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Poor Baltimore! Whether in TV series like NBC’s Homicide: Life on the Streets (1993-1999) or HBO’s The Wire (2002-2008), the city just can’t seem to catch a cinematic break when it comes to how the rest of the world sees it. Then again, those were both excellent programs, well-written and well-acted, and certainly New York has had its share of police dramas without everyone thinking it’s just a hellhole. Also, those programs were hardly representative of all aspects of life in Charm City (as the city is affectionately – or ironically, depending on your perspective – known). Most urban spaces in America have their problems, and no one watching Homicide or The Wire should assume that the topics raised are unique to Baltimore, alone. Still, there is no question that the city has a very high murder rate. Unfortunately, all too often, we talk only about the fact, itself, and not its causes. Baltimore Rising seeks to do just that.
Director Theo Anthony’s recent experimental documentary Rat Film examines the city’s legacy of racist zoning policies that have kept poor, mostly African-American residents in underserved neighborhoods. Now, actress Sonja Sohn (Detective Kima Greggs on The Wire), making her directorial debut, similarly points her lens at the failing Baltimore infrastructure that led to riots following the death of Freddie Gray in police custody. As former City Councilman Carl Stokes says at the start of the film, walking us through boarded-up streets and correcting the impression that the riots led to the destruction we see, it was the conditions of the community that caused the riots, and not the other way around. In other words, the physical devastation of many Baltimore neighborhoods pre-dates the uprising. No wonder so many people are angry.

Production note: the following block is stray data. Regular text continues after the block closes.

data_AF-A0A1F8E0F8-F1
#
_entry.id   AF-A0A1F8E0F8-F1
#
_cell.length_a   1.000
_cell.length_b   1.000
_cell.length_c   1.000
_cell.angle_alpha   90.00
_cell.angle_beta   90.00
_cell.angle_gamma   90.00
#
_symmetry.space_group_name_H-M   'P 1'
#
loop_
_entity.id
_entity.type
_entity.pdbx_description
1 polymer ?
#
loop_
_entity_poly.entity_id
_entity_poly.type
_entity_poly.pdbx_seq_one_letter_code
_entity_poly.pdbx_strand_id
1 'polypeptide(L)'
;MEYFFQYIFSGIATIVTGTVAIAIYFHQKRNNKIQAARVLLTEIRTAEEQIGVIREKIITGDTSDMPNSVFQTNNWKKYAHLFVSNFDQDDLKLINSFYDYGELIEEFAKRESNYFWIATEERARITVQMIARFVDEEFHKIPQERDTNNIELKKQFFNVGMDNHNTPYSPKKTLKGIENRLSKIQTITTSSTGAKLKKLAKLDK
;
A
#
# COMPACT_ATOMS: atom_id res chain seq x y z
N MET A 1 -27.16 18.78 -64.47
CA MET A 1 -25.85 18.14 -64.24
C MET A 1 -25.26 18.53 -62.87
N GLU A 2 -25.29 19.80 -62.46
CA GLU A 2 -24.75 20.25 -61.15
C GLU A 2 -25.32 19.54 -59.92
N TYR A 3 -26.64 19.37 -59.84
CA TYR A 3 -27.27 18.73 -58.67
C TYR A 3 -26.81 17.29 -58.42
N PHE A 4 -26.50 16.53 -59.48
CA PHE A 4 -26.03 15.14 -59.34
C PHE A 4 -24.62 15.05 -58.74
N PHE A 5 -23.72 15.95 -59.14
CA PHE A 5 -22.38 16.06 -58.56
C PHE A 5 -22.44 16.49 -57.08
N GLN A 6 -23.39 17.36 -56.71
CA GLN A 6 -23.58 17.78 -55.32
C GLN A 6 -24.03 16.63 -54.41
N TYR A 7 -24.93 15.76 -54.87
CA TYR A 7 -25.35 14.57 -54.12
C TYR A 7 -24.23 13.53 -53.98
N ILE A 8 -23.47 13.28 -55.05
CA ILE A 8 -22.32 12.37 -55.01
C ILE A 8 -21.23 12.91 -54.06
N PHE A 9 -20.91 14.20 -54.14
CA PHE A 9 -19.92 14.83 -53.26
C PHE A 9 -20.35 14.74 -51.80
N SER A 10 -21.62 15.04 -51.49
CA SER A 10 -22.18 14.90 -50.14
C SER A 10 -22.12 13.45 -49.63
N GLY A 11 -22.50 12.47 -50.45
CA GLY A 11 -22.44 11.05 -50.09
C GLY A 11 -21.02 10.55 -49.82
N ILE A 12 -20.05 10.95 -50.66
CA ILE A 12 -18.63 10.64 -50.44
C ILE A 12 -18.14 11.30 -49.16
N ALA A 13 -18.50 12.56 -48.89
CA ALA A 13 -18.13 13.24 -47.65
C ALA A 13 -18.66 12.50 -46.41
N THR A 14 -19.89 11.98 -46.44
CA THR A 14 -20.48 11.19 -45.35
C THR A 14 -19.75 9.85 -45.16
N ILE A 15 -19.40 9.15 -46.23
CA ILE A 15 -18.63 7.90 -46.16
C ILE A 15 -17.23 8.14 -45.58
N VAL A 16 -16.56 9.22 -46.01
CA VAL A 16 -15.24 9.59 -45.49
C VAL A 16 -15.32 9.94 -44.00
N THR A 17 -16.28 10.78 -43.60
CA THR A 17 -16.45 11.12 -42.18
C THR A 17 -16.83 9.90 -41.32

Sohn proves an extremely able documentarian, inserting herself among participants on all sides of the debate, from the police to activists and beyond. Some of this access may be due to her celebrity status, but Sohn has long been involved in community issues in the city, founding ReWired for Change – a non-profit with a goal to empower “at risk youth, families and communities living in underserved areas through media, social advocacy and the facilitation of community building resources” – following her time on The Wire, and has earned her own place at the table. Even knowing this, however, I am still impressed at how seamlessly she moves between the opposing camps, helping us understand how there can be common ground between the police and those they serve (and oppress). When we see Commissioner Kevin Davis sit down with former gang member (and now drug counselor) Genard “Shadow” Barr to discuss the best path forward, disagree as they do so, and then hug it out at the end, it gives one hope that maybe one day Baltimore (and, by extension, other cities) can resolve the tensions that threaten to destroy it. Maybe, maybe not, but at least they’re talking.
– Christopher Llewellyn Reed (@ChrisReedFilm)